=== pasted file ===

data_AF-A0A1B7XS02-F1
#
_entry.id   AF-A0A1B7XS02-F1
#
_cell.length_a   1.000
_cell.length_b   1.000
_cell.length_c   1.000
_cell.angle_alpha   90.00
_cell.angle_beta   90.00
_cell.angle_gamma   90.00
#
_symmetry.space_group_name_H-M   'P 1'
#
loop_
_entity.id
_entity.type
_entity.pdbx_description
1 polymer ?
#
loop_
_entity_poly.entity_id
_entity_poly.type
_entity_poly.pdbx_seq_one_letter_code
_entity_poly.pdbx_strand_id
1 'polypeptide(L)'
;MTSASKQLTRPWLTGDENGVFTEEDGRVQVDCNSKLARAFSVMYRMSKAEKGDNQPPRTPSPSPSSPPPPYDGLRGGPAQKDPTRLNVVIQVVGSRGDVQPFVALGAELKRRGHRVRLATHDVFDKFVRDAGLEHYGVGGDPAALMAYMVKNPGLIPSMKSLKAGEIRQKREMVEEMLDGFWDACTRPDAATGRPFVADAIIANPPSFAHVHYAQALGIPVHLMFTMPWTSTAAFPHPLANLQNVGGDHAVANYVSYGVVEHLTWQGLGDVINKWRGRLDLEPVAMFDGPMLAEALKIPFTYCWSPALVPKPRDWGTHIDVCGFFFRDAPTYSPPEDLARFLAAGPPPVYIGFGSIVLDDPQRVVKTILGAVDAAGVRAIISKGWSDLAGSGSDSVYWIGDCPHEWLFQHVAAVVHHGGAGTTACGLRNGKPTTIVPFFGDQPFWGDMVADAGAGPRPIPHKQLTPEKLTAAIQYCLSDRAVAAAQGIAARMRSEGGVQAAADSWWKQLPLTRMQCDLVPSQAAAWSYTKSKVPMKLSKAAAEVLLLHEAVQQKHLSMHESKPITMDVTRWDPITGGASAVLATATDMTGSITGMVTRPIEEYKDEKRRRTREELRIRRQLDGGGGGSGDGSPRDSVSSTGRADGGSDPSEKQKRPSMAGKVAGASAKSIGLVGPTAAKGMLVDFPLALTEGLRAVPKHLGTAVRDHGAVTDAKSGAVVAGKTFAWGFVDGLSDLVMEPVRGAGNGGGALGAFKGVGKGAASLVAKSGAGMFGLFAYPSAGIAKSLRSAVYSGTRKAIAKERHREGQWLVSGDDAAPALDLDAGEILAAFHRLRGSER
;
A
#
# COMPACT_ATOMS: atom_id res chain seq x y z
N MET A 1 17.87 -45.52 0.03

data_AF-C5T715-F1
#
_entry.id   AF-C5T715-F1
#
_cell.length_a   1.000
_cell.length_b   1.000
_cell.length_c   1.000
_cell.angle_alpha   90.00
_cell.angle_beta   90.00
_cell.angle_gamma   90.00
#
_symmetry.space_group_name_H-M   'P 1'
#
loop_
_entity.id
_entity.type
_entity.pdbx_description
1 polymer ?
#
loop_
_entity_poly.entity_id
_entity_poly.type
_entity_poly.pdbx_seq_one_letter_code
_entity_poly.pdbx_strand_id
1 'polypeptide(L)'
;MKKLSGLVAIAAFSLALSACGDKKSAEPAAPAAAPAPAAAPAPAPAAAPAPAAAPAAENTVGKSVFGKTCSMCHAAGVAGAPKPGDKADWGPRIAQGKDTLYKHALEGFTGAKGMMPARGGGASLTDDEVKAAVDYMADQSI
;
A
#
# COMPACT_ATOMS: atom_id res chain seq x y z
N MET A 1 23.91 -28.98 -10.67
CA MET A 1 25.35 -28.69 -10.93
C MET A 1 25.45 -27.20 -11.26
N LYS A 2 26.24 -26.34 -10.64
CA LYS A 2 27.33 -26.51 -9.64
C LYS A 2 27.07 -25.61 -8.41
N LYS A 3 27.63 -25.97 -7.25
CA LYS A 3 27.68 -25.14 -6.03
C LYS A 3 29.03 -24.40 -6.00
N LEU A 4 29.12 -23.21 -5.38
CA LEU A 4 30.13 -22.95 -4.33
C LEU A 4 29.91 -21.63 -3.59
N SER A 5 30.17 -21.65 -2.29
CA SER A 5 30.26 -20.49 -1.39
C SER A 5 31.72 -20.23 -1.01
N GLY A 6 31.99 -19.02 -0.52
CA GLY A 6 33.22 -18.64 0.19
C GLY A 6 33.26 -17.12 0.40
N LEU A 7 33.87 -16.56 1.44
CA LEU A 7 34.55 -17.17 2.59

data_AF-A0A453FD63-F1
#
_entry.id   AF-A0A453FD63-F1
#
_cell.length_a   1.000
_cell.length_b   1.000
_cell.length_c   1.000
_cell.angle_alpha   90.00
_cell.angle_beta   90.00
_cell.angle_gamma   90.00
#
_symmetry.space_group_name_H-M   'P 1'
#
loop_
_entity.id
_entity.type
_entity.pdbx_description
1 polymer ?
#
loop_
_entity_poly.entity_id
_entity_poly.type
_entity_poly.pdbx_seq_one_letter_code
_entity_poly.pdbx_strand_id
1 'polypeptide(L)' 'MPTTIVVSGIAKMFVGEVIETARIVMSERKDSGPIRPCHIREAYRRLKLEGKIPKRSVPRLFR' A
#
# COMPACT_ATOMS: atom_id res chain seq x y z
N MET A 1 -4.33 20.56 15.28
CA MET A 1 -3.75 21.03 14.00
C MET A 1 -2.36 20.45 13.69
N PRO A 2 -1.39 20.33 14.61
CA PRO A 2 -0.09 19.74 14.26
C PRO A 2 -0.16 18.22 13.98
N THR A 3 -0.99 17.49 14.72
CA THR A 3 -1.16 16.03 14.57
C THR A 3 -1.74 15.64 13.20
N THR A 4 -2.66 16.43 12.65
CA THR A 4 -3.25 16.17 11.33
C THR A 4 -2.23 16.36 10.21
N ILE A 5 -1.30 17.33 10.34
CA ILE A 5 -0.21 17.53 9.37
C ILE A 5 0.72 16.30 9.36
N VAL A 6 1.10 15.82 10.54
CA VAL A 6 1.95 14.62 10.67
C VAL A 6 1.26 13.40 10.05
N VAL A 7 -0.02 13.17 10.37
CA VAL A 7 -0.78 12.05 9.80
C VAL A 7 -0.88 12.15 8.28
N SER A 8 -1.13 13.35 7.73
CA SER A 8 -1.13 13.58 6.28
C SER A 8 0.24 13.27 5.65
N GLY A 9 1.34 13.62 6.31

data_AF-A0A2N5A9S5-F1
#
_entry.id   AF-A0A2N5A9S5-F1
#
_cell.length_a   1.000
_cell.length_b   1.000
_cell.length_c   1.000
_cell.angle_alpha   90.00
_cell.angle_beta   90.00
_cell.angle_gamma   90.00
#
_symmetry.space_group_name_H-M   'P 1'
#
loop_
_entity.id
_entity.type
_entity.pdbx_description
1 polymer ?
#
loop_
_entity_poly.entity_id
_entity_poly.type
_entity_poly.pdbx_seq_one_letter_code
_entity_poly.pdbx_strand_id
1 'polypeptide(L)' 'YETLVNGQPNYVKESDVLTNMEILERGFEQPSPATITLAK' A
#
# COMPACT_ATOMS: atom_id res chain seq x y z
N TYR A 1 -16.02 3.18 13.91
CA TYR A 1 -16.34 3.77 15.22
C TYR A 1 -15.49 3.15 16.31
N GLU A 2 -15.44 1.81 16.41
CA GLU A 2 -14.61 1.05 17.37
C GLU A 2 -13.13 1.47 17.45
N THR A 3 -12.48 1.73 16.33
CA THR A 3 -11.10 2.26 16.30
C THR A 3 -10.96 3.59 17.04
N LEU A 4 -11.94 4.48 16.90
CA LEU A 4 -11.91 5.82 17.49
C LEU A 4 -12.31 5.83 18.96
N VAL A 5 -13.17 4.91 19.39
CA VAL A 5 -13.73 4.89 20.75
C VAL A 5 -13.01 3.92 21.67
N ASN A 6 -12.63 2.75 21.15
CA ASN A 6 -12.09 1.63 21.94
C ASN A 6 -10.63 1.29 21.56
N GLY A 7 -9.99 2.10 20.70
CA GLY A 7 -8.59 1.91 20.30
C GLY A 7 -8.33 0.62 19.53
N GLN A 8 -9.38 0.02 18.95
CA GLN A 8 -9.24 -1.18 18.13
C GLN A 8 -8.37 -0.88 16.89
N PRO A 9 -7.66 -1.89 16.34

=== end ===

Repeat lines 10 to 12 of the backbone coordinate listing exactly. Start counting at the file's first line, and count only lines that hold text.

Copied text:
_cell.angle_gamma   90.00
#
_symmetry.space_group_name_H-M   'P 1'